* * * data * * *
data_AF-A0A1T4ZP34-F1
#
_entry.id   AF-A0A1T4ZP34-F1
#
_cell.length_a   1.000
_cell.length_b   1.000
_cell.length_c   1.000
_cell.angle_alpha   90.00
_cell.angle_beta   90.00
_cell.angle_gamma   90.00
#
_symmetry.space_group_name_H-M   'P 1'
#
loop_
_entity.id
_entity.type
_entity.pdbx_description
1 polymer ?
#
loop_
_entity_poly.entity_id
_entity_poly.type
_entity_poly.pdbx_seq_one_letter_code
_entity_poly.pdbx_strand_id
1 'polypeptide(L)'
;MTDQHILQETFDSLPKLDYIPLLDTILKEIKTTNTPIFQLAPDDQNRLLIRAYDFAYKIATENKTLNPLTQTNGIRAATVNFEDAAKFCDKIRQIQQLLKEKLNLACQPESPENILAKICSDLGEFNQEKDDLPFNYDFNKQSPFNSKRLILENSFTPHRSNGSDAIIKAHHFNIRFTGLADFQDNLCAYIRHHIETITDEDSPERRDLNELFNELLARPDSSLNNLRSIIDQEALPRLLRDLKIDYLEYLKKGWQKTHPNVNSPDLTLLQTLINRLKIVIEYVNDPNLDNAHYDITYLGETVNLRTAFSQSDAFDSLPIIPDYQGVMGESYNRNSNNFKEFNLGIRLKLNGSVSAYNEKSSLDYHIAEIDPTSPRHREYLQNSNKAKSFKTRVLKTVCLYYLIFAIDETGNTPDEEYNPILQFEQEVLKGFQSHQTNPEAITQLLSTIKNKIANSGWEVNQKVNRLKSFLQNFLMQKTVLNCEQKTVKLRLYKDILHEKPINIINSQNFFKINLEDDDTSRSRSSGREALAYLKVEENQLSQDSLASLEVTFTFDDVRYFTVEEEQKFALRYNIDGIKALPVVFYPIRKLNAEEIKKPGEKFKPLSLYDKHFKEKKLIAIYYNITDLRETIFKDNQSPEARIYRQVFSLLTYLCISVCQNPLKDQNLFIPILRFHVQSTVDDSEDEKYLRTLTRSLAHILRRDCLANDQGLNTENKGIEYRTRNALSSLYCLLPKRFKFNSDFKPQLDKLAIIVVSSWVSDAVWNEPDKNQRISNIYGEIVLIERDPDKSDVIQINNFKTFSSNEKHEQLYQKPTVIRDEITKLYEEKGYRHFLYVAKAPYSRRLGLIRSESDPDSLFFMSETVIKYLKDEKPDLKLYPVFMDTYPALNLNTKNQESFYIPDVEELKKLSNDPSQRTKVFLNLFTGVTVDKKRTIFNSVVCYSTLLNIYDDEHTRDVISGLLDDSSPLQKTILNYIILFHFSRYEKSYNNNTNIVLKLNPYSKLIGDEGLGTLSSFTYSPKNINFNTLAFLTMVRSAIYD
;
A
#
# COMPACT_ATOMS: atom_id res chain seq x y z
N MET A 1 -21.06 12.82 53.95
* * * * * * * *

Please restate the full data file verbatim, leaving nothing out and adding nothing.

data_AF-A0A1T4ZP34-F1
#
_entry.id   AF-A0A1T4ZP34-F1
#
_cell.length_a   1.000
_cell.length_b   1.000
_cell.length_c   1.000
_cell.angle_alpha   90.00
_cell.angle_beta   90.00
_cell.angle_gamma   90.00
#
_symmetry.space_group_name_H-M   'P 1'
#
loop_
_entity.id
_entity.type
_entity.pdbx_description
1 polymer ?
#
loop_
_entity_poly.entity_id
_entity_poly.type
_entity_poly.pdbx_seq_one_letter_code
_entity_poly.pdbx_strand_id
1 'polypeptide(L)'
;MTDQHILQETFDSLPKLDYIPLLDTILKEIKTTNTPIFQLAPDDQNRLLIRAYDFAYKIATENKTLNPLTQTNGIRAATVNFEDAAKFCDKIRQIQQLLKEKLNLACQPESPENILAKICSDLGEFNQEKDDLPFNYDFNKQSPFNSKRLILENSFTPHRSNGSDAIIKAHHFNIRFTGLADFQDNLCAYIRHHIETITDEDSPERRDLNELFNELLARPDSSLNNLRSIIDQEALPRLLRDLKIDYLEYLKKGWQKTHPNVNSPDLTLLQTLINRLKIVIEYVNDPNLDNAHYDITYLGETVNLRTAFSQSDAFDSLPIIPDYQGVMGESYNRNSNNFKEFNLGIRLKLNGSVSAYNEKSSLDYHIAEIDPTSPRHREYLQNSNKAKSFKTRVLKTVCLYYLIFAIDETGNTPDEEYNPILQFEQEVLKGFQSHQTNPEAITQLLSTIKNKIANSGWEVNQKVNRLKSFLQNFLMQKTVLNCEQKTVKLRLYKDILHEKPINIINSQNFFKINLEDDDTSRSRSSGREALAYLKVEENQLSQDSLASLEVTFTFDDVRYFTVEEEQKFALRYNIDGIKALPVVFYPIRKLNAEEIKKPGEKFKPLSLYDKHFKEKKLIAIYYNITDLRETIFKDNQSPEARIYRQVFSLLTYLCISVCQNPLKDQNLFIPILRFHVQSTVDDSEDEKYLRTLTRSLAHILRRDCLANDQGLNTENKGIEYRTRNALSSLYCLLPKRFKFNSDFKPQLDKLAIIVVSSWVSDAVWNEPDKNQRISNIYGEIVLIERDPDKSDVIQINNFKTFSSNEKHEQLYQKPTVIRDEITKLYEEKGYRHFLYVAKAPYSRRLGLIRSESDPDSLFFMSETVIKYLKDEKPDLKLYPVFMDTYPALNLNTKNQESFYIPDVEELKKLSNDPSQRTKVFLNLFTGVTVDKKRTIFNSVVCYSTLLNIYDDEHTRDVISGLLDDSSPLQKTILNYIILFHFSRYEKSYNNNTNIVLKLNPYSKLIGDEGLGTLSSFTYSPKNINFNTLAFLTMVRSAIYD
;
A
#
# COMPACT_ATOMS: atom_id res chain seq x y z
N MET A 1 -21.06 12.82 53.95